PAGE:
For the six months of 2022 and 2021, SSR Mining’s Marigold mine produced 79,557 and 125,828 oz of gold, respectively. As guided, production in the first half was impacted by fewer tons placed, as well as slower leaching due to finer ore from the north pits delaying some gold recovery. Second quarter production costs were $1,097/oz. The AISC for the second quarter of 2022 of $1,458/oz was above Marigold’s full-year guidance range due to the increased waste stripping and fewer ounces sold. The company also said it continues to face increased cost pressures, especially with fuel, electricity, and reagents across the business that have outpaced its cost-mitigation efforts this year.

Marigold stacked approximately 71,000 oz in the second quarter of 2022, including 31,000 oz in the month of June. Marigold’s production profile remains 60% weighted to the second half of 2022 as higher grade ore accessed in the second and third quarters of 2022 is expected to drive stronger production through the remainder of the year, most notably in the fourth quarter. This improving production profile and reduced waste stripping is expected to drive quarter-over-quarter reductions in mine site AISC.

Located approximately 45 miles southwest of Winnemucca, Nevada, Argonaut Gold’s Florida Canyon mine is an open pit, heap leach gold mine. In 2021, Florida Canyon produced 54,215 gold equivalent oz (GEOs) vs. 47,064 GEOs in 2020. For the first half of 2022, Florida Canyon has produced 24,472 oz vs. 25,654 oz in H1 2021.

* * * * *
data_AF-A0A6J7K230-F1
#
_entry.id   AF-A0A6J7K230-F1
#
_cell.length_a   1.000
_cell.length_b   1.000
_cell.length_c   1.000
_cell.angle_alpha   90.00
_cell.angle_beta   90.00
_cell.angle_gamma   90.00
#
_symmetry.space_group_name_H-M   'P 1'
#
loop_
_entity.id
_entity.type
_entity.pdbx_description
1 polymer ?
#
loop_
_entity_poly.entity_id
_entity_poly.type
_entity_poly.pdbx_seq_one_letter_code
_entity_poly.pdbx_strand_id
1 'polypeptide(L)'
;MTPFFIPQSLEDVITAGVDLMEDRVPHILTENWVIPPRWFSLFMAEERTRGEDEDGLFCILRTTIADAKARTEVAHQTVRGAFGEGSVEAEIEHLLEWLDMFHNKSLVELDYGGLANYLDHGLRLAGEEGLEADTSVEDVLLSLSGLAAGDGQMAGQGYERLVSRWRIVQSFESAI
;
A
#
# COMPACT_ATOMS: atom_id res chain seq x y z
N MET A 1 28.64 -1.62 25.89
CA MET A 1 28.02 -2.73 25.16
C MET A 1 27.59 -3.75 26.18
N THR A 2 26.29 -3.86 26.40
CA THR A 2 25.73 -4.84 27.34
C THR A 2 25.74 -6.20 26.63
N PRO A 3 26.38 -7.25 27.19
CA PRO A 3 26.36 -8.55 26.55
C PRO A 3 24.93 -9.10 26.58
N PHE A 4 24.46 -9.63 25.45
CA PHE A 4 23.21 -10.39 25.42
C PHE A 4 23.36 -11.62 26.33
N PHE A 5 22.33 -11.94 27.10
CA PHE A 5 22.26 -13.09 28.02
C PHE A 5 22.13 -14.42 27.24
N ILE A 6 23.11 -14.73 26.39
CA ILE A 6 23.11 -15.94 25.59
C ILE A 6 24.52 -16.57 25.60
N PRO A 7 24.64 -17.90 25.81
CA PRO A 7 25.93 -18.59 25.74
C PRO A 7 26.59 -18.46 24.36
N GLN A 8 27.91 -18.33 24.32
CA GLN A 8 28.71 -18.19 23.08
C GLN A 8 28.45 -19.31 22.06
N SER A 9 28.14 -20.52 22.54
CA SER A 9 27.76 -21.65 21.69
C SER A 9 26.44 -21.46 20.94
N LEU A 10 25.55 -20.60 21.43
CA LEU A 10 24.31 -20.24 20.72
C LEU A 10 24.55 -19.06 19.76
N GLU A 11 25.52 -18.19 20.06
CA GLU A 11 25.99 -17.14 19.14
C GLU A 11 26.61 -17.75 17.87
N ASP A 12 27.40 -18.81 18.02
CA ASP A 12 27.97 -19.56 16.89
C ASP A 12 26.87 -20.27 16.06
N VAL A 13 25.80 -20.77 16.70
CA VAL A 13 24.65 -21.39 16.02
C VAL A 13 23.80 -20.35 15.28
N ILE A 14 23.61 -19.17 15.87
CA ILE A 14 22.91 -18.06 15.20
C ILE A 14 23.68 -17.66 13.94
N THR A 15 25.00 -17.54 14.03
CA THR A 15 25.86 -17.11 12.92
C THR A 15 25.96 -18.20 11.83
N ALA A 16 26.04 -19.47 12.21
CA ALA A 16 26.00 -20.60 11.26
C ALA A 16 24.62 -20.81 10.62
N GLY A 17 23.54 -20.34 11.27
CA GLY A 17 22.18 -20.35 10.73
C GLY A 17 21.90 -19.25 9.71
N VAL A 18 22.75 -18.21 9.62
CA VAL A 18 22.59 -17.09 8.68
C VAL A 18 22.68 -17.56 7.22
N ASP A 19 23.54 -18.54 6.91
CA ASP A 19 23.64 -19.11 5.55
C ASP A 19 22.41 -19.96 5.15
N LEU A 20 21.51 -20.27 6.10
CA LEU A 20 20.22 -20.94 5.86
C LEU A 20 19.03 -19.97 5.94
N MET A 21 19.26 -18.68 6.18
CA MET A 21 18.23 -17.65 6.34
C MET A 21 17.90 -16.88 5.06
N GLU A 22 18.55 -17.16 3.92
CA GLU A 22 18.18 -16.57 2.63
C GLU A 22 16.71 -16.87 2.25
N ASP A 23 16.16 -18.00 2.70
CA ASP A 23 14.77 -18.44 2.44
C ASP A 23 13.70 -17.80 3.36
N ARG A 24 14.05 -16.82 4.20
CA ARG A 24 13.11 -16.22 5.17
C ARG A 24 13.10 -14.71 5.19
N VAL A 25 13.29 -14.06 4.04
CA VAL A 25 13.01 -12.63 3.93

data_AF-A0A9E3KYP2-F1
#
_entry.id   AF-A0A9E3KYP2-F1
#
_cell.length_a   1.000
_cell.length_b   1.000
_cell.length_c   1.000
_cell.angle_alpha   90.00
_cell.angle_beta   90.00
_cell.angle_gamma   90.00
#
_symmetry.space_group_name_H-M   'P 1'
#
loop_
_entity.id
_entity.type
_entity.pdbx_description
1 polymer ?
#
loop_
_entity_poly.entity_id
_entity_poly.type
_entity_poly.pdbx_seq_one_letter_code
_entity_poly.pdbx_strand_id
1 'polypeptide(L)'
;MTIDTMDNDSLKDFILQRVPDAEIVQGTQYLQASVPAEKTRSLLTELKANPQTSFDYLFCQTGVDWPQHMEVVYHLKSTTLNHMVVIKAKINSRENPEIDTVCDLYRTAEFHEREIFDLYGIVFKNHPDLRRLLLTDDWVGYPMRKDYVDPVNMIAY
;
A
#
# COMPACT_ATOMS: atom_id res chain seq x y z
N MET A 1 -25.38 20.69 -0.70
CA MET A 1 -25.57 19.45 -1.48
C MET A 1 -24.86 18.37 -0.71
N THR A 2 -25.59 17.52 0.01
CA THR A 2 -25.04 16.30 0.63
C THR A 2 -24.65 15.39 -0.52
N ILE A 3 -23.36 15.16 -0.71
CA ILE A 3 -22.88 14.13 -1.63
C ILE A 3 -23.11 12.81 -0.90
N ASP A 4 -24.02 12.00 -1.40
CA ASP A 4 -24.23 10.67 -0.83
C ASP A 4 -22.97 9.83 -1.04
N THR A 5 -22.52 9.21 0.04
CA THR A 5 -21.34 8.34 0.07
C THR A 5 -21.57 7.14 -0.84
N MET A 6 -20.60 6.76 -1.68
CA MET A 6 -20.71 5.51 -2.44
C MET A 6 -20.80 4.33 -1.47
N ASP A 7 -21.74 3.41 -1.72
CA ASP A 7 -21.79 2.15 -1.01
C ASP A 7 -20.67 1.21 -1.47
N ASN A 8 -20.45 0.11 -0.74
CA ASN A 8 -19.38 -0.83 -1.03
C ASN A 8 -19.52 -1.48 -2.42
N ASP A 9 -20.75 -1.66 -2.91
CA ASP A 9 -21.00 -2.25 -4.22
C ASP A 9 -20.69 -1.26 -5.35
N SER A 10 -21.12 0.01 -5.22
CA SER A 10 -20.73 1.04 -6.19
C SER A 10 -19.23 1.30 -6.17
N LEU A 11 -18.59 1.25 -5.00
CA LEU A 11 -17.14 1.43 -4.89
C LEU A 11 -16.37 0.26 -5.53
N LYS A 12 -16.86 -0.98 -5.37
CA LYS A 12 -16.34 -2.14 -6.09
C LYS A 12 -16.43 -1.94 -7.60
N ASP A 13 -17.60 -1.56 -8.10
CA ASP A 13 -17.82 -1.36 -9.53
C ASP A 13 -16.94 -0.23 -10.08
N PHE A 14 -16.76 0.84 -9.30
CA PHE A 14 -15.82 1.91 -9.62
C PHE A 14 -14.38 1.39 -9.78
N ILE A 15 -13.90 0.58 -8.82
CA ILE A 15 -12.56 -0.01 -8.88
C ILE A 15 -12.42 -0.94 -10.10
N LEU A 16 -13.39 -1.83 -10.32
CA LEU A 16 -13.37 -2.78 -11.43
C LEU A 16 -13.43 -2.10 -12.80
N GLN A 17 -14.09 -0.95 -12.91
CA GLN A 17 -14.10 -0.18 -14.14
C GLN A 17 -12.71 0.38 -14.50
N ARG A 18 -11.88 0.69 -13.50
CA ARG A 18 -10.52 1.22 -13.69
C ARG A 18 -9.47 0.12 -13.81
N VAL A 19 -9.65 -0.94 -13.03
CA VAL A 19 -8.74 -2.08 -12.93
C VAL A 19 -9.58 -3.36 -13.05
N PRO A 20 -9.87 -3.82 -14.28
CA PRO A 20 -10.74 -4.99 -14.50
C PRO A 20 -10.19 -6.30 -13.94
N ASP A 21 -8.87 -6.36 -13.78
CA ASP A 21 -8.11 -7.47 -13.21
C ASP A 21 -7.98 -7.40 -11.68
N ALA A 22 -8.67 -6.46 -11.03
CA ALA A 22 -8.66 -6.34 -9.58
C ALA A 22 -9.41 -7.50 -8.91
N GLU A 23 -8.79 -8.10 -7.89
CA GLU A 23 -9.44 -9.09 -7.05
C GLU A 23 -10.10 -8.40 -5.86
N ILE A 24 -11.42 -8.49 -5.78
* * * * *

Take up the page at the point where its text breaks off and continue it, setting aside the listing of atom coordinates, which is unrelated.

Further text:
Florida Canyon is one of Argonaut’s four producing mines. The company is slightly ahead of its operational budget in terms of GEO production during the second quarter, which yielded more than 59,000 GEOs, albeit at a slightly higher cost than budgeted due to inflationary pressures on input costs, Argonaut President and CEO Larry Radford explained. Argonaut appointed Radford to the position in March 2022. He was senior vice president and COO for Hecla Mining Co.

For the second quarter of 2022, Argonaut Gold said, the Florida Canyon mine produced 5% more GEOs at a cash cost per gold ounce that sold 43% higher than during the second quarter of 2021. The higher GEO production was attributed to higher recoveries, and higher costs were primarily related to lower ore tons and ounces mined and placed in previous months and higher key consumable costs.

Calibre Mining’s Pan mine is a Carlin-style, open pit, heap leach mine, located in east-central Nevada, approximately 28 km southeast of Eureka. Pan ramped up smoothly after restarting operations in September 2017. Gold production has increased year over year since 2017, with 2021 gold production reaching 45,397 oz and benefitting from a heap leach pad expansion and primary crushing circuit installed in 2020.

A haul truck returns to the pit at Calibre Mining’s Pan mine.

In its second quarter earnings statement, Calibre Mining reported 19,914 oz of gold for the first half of 2022. The company said waste movement increased during Q2 vs Q1 (3.1 million mt vs 2.5 million mt), resulting in an approximately $150/oz increase in cash costs. During the first half of 2022, 7.8 million mt were moved, including 2.1 million mt of ore mined at a grade of 0.41 g/mt.

Fortitude Gold sold 12,851 oz of gold at a total cash cost of $646/oz (after by-product credits) and an AISC of $733/oz. Realized metal prices during the second quarter of 2022 averaged $1,876/oz gold. The company produced 10,980 oz of gold at its Isabella Pearl mine during the quarter and maintains its target of 36,000 oz/y to 40,000 oz/y of gold.